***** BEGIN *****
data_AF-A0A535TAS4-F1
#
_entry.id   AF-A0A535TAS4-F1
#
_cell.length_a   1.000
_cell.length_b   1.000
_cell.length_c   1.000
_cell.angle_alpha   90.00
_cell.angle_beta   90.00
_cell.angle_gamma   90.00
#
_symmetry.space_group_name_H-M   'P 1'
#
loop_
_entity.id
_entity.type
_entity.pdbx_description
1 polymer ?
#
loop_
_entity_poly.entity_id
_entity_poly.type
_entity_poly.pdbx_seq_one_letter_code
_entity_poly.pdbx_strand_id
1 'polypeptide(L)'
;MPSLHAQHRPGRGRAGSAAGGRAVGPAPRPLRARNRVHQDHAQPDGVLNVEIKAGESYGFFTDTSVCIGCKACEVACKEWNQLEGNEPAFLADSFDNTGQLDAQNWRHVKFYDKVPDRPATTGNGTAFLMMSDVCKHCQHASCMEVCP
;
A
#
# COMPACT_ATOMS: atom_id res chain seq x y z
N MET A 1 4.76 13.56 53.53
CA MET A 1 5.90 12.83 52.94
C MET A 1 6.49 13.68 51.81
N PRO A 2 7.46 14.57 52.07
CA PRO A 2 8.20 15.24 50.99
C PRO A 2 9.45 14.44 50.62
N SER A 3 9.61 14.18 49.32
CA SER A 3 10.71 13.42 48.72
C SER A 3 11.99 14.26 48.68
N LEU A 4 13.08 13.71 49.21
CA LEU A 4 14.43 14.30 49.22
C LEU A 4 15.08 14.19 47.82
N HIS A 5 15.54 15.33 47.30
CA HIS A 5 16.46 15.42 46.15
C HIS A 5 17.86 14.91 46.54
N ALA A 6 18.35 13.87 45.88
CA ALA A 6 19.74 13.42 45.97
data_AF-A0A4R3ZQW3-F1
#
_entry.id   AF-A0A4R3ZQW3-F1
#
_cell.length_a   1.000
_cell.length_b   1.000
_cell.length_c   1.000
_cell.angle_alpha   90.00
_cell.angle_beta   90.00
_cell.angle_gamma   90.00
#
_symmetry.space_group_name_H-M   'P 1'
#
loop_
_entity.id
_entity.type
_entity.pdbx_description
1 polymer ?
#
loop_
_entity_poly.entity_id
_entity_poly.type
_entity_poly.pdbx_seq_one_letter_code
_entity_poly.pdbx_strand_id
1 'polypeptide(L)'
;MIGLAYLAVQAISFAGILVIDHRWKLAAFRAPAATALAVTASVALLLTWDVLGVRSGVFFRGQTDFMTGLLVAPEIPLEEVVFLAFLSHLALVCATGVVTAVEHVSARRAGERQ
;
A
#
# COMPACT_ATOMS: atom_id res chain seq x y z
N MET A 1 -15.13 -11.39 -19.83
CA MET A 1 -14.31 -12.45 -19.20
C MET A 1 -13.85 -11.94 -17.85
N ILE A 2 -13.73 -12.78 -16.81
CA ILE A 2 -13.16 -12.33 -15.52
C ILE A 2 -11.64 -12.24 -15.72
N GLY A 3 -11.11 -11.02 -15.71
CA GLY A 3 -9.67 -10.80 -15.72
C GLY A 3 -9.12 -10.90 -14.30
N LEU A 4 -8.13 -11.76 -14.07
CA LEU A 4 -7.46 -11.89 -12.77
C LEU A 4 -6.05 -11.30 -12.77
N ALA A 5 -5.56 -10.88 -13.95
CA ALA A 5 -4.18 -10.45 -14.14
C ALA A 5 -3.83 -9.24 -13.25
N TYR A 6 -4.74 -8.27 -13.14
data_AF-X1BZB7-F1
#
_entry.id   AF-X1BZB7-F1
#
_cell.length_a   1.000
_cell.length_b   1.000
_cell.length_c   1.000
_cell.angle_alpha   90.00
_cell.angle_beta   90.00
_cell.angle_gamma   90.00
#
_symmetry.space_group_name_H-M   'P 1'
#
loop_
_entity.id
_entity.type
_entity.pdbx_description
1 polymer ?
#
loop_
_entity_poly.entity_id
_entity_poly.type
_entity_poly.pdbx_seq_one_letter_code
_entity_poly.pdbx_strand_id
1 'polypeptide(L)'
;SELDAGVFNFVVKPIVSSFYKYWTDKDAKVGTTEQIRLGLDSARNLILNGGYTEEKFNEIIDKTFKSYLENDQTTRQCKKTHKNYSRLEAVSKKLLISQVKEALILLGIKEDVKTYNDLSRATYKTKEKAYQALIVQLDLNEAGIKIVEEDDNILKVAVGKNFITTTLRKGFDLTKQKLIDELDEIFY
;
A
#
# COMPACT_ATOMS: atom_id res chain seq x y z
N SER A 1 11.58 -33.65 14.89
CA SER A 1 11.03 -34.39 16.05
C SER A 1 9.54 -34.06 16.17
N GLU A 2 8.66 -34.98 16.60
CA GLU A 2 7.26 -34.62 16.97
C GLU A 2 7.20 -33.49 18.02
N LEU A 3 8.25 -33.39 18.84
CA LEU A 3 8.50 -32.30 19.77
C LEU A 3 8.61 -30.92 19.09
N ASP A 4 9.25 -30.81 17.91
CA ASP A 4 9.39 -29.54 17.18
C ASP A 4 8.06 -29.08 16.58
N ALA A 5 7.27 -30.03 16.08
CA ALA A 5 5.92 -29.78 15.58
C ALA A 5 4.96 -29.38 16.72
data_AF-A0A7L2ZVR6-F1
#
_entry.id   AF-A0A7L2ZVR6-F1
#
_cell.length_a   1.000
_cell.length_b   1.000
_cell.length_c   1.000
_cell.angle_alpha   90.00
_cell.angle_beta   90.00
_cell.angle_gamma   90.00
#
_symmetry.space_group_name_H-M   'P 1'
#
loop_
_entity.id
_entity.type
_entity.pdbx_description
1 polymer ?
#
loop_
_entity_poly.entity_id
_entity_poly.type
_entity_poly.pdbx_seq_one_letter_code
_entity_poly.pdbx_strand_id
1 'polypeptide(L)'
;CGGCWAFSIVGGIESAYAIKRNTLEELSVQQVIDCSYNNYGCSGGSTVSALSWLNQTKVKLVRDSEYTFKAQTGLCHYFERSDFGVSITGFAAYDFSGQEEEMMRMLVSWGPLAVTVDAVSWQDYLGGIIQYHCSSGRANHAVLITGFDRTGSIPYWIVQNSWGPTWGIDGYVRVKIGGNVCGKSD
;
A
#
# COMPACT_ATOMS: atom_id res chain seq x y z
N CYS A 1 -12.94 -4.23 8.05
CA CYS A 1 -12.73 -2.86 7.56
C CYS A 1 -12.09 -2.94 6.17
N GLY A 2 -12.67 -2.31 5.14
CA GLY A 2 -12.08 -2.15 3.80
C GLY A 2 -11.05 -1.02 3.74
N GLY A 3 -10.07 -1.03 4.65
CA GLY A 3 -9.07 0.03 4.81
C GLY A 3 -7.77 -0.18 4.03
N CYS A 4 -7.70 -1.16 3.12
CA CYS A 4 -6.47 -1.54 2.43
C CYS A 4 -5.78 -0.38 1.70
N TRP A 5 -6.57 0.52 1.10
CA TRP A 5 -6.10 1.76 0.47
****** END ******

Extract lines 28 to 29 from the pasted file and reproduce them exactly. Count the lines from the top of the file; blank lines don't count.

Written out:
A
#